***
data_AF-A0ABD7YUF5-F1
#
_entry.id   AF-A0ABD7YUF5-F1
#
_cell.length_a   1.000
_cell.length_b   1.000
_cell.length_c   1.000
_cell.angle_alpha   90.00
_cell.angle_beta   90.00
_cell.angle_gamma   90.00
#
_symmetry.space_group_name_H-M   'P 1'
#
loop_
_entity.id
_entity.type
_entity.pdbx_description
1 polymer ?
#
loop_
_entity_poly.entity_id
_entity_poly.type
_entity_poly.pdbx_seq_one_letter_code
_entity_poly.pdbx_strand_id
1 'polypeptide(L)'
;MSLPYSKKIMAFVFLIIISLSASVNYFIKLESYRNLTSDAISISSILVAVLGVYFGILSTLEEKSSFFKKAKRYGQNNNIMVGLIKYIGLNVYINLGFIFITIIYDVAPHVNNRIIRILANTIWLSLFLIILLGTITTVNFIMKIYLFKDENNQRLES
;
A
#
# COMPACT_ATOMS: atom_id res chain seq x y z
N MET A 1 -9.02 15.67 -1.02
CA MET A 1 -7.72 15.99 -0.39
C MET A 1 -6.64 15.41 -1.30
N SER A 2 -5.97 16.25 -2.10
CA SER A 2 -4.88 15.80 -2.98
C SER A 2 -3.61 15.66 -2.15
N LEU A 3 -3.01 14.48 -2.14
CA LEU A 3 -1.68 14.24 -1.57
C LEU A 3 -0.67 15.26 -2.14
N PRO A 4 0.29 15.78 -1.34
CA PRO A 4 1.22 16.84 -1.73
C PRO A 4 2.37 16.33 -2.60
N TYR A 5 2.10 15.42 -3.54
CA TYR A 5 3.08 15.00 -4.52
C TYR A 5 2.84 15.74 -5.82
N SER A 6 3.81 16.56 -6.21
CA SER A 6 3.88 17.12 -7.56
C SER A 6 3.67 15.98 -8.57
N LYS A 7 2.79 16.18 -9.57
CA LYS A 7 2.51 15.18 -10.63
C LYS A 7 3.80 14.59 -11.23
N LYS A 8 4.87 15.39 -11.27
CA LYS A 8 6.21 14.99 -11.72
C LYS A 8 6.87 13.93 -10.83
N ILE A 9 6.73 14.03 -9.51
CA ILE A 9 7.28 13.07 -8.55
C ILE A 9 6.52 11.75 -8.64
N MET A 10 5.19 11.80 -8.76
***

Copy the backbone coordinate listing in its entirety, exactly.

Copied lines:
data_AF-A0ABD7YUF5-F1
#
_entry.id   AF-A0ABD7YUF5-F1
#
_cell.length_a   1.000
_cell.length_b   1.000
_cell.length_c   1.000
_cell.angle_alpha   90.00
_cell.angle_beta   90.00
_cell.angle_gamma   90.00
#
_symmetry.space_group_name_H-M   'P 1'
#
loop_
_entity.id
_entity.type
_entity.pdbx_description
1 polymer ?
#
loop_
_entity_poly.entity_id
_entity_poly.type
_entity_poly.pdbx_seq_one_letter_code
_entity_poly.pdbx_strand_id
1 'polypeptide(L)'
;MSLPYSKKIMAFVFLIIISLSASVNYFIKLESYRNLTSDAISISSILVAVLGVYFGILSTLEEKSSFFKKAKRYGQNNNIMVGLIKYIGLNVYINLGFIFITIIYDVAPHVNNRIIRILANTIWLSLFLIILLGTITTVNFIMKIYLFKDENNQRLES
;
A
#
# COMPACT_ATOMS: atom_id res chain seq x y z
N MET A 1 -9.02 15.67 -1.02
CA MET A 1 -7.72 15.99 -0.39
C MET A 1 -6.64 15.41 -1.30
N SER A 2 -5.97 16.25 -2.10
CA SER A 2 -4.88 15.80 -2.98
C SER A 2 -3.61 15.66 -2.15
N LEU A 3 -3.01 14.48 -2.14
CA LEU A 3 -1.68 14.24 -1.57
C LEU A 3 -0.67 15.26 -2.14
N PRO A 4 0.29 15.78 -1.34
CA PRO A 4 1.22 16.84 -1.73
C PRO A 4 2.37 16.33 -2.60
N TYR A 5 2.10 15.42 -3.54
CA TYR A 5 3.08 15.00 -4.52
C TYR A 5 2.84 15.74 -5.82
N SER A 6 3.81 16.56 -6.21
CA SER A 6 3.88 17.12 -7.56
C SER A 6 3.67 15.98 -8.57
N LYS A 7 2.79 16.18 -9.57
CA LYS A 7 2.51 15.18 -10.63
C LYS A 7 3.80 14.59 -11.23
N LYS A 8 4.87 15.39 -11.27
CA LYS A 8 6.21 14.99 -11.72
C LYS A 8 6.87 13.93 -10.83
N ILE A 9 6.73 14.03 -9.51
CA ILE A 9 7.28 13.07 -8.55
C ILE A 9 6.52 11.75 -8.64
N MET A 10 5.19 11.80 -8.76